Shelf Awareness for Readers for Tuesday, May 25, 2021


Liveright Publishing Corporation: Jesus and John Wayne: How White Evangelicals Corrupted a Faith and Fractured a Nation by Kristin Kobes Du Mez

From My Shelf

Andrews McMeel Publishing: Unicorn Playlist, 14: Another Phoebe and Her Unicorn Adventure by Dana Simpson

Scholastic Inc.: Linked by Gordon Korman

Parenting Across the World

American expat Pamela Druckerman felt she was the only flustered parent amid a sea of serene, baguette-toting Parisian mothers. She shares all of the "wisdom of French parenting" she could glean in her entertaining and insightful Bringing Up Bébe (Penguin, $18). Though not all aspects of French parenting appealed to me, I was enamored by the idea of someday dining out on multi-course meals with my calm and serene toddler in tow, as French parents apparently do on a regular basis.

Looking for more insights into how to raise the little human who lives in my own house, I found nearly as many global parenting books as there are parenting styles. In There's No Such Thing as Bad Weather (Touchstone, $17), Swedish-born Lina Åkeson McGurk promises that the secret to raising healthy children is more time outdoors, year-round. Rina Mae Acosta and Michele Hutchinson put forth, in The Happiest Kids in the World: How Dutch Parents Help Their Kids by Doing Less (Experiment, $15.95), that what parents actually need to do is relax: less worrying and supervision, and fewer activities, yield happier kids--and happier parents. Meanwhile, in Battle Hymn of the Tiger Mother (Penguin, $17), Amy Chua set out to write a story about the benefits of raising children as Chinese parents do, in contrast to Western parents, and instead wrote about a "bitter clash of cultures" and her own journey through humility in parenting.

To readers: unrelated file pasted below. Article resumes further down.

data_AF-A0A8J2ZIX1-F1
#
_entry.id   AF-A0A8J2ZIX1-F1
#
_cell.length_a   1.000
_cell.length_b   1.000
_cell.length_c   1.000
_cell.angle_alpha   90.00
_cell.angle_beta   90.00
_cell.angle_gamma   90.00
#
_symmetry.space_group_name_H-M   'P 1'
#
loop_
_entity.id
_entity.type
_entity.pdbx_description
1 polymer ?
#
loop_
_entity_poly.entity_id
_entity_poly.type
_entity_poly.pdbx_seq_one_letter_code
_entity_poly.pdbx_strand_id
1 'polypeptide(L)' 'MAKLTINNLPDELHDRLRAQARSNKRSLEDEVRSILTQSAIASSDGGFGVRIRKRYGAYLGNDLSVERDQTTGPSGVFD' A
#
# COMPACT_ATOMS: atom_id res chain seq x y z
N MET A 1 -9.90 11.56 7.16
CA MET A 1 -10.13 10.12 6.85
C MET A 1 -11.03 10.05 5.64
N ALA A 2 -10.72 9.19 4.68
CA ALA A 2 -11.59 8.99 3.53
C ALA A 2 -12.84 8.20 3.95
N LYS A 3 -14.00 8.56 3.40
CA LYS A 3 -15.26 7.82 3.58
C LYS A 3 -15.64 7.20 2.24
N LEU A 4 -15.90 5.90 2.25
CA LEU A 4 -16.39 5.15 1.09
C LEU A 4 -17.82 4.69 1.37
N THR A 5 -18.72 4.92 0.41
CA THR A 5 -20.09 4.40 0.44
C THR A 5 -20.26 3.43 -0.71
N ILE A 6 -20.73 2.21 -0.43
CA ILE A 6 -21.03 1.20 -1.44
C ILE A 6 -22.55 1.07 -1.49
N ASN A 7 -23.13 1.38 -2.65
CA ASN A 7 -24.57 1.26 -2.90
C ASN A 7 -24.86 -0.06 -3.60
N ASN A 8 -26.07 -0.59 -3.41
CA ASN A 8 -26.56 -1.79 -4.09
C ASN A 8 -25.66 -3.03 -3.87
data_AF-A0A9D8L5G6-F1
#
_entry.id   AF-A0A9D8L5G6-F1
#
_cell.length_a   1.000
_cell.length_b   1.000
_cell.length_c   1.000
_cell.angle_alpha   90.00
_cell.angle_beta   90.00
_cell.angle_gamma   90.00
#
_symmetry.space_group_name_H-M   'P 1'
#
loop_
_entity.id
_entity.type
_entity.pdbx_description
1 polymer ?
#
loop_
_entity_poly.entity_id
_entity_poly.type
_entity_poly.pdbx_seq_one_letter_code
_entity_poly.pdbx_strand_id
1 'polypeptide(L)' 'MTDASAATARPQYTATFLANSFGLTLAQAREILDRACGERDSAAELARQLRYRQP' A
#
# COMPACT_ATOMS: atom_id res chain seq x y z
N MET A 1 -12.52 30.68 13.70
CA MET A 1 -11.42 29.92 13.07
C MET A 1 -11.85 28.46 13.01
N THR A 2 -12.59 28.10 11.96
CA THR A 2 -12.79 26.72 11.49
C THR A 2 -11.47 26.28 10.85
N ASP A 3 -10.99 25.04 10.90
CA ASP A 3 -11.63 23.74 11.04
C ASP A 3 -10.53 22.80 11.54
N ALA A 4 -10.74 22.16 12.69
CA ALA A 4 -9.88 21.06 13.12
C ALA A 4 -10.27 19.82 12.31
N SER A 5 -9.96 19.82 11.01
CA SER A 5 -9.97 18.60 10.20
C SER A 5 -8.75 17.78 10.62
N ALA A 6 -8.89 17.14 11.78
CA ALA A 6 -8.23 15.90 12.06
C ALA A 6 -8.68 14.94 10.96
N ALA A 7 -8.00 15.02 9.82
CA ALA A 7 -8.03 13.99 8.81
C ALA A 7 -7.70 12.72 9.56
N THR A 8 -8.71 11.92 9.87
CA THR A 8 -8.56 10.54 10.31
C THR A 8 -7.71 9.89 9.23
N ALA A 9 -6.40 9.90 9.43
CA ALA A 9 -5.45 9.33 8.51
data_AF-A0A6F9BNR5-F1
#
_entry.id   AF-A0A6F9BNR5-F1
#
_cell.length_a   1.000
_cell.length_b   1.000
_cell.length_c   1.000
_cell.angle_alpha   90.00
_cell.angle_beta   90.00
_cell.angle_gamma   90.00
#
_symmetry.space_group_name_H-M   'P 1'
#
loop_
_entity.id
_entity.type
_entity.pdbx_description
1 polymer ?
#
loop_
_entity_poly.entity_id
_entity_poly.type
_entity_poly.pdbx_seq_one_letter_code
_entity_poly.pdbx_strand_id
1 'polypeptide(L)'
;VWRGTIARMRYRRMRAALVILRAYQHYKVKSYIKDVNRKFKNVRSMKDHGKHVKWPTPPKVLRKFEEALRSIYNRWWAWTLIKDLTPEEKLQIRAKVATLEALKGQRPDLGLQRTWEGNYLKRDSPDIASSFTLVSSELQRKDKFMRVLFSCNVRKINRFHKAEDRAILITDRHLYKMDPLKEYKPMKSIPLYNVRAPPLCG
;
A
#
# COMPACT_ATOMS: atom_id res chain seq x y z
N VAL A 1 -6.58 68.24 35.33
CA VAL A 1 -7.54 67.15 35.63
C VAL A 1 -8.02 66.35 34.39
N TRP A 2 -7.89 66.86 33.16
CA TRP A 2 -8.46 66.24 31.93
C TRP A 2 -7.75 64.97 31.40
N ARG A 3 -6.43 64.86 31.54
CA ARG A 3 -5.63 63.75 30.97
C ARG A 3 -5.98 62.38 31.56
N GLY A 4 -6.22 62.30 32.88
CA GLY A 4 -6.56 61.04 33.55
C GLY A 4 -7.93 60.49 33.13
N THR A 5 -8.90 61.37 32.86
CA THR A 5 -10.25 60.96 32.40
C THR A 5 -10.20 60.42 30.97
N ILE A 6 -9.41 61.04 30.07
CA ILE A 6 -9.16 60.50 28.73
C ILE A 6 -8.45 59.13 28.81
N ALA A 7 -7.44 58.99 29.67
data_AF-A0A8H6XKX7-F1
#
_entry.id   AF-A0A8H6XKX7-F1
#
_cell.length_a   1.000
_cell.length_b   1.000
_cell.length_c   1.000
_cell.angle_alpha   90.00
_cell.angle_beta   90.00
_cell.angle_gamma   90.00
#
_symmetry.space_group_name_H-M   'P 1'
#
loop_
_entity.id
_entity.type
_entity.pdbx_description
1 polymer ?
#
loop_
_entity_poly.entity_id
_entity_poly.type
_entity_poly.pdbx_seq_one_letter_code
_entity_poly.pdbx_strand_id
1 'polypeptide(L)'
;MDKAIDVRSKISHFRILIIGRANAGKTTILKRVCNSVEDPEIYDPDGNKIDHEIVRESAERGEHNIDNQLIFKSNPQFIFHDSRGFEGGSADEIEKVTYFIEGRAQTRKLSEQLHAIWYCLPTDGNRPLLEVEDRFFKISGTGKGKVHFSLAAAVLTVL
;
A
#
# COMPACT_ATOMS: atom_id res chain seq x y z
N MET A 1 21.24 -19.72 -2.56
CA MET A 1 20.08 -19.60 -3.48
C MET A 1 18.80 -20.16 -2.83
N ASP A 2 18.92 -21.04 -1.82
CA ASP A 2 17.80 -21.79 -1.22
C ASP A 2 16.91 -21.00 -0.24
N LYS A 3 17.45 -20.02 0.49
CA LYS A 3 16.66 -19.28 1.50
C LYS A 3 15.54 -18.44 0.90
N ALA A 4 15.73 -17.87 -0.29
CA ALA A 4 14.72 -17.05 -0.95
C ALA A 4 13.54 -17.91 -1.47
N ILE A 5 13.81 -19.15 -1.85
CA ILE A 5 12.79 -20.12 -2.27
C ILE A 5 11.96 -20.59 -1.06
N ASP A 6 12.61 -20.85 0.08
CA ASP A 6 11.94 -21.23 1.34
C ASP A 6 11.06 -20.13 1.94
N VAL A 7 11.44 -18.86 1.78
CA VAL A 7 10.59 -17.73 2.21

I almost set down My Everything: The Parent I Want to Be, the Children I Hope to Raise (Hachette Go, $28)--a bestseller in Israel--after the first few chapters; Einat Nathan's approach is very different from my own. But then I realized: I, like parents everywhere, can pick and choose what's right for me and my family, and raise a globally inspired human from the comfort of home. --Kerry McHugh, blogger at Entomology of a Bookworm


Seal Press: Please Miss: A Heartbreaking Work of Staggering Penis by Grace Lavery


Book Candy

Fancy Words for Specific Shapes

Mental Floss looked up "8 fancy words for specific shapes."

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"John Steinbeck wrote a werewolf novel, and his estate won't let the world read it," Open Culture reported.

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CrimeReads investigated "cozy mysteries featuring delicious (and doable) recipes."
 
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"Book of The Little Prince author's love letters marks end of feud between heirs," the Guardian reported.

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Bookshelf featured Tanishka Sharma's hexagonal bookshelf seat.


Footnotes: The Black Artists Who Rewrote the Rules of the Great White Way

by Caseen Gaines

In 2016, Broadway saw an unusual revival: Shuffle Along, or, the Making of the Musical Sensation of 1921 and All That Followed. Back in 1921, as now, many high-profile theatrical productions featured the stories of white characters, played mainly by white actors, but both the original Shuffle Along and its revival offered something different. The musical revue, created by two comedians and a pair of accomplished musicians, was the first all-Black musical comedy to make it big on Broadway, and its success had far-reaching effects on race relations in the entertainment industry. In vivid and lively prose, author, teacher and pop culture historian Caseen Gaines digs into the history and impact of Shuffle Along and its creators in his engrossing, meticulously researched fifth book, Footnotes: The Black Artists Who Rewrote the Rules of the Great White Way.